Farm or Fight?
Canadians faced a unique dilemma during World War I: should citizens join the army or ramp up farm production to feed ourselves well while expanding food exports to Britain? The question preoccupied the entire country from 1914 until the war ended, but as a new city at the edge of farmland, Verdun took a leading role in determining a response.
I’ll be giving a presentation in the Verdun greenhouses on September 20 about the farm or fight dilemma by examining the experiences of the Glass, Hadley, Luker, Murray, Sullivan and Winsper families. I’ll argue that Verdun’s evolution from a young entity with few people to a booming metropolis that supplied the highest per capita enlistment of any city in the British Empire exemplifies the Canadian experience.
Participation costs $15 and includes some war-time recipes to sample and take home.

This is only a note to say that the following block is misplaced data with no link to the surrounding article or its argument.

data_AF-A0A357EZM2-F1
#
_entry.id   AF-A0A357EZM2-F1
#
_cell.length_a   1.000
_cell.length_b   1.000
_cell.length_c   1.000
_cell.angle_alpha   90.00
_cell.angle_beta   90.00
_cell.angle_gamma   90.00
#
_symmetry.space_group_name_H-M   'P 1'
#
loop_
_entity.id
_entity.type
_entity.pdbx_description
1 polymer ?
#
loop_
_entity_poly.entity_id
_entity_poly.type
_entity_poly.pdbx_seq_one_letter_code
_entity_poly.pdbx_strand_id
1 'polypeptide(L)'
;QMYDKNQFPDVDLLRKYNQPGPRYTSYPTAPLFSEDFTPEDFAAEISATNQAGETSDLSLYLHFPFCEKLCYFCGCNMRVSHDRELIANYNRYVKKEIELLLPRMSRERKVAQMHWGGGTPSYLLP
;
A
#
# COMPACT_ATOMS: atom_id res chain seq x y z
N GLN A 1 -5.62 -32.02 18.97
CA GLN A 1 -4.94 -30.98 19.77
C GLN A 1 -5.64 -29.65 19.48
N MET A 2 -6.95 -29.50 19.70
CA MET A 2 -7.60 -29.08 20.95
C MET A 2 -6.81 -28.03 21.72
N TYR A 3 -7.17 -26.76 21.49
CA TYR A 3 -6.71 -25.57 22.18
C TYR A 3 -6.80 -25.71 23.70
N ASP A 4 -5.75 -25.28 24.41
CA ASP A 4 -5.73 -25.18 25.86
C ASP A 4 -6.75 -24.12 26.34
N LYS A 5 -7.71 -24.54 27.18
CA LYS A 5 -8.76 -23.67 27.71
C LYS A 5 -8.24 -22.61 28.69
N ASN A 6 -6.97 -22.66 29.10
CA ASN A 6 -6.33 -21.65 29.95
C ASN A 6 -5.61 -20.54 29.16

This is the first of four heritage food presentations under the auspices of Coopérative de solidarité Abondance Urbain Solidaire (CAUS) to take place at Grand Potager.
Farm or Fight
Thursday, September 20
7 to 8:30 p.m.
7000 Blvd. LaSalle, Verdun
Tickets: $15 ($13.50 for CAUS members)—pick them up at the Verdun Farmers’ Markets or pay online.
About the Author
Tracey Arial helps Canadians grow with notable nonfiction and urban agriculture.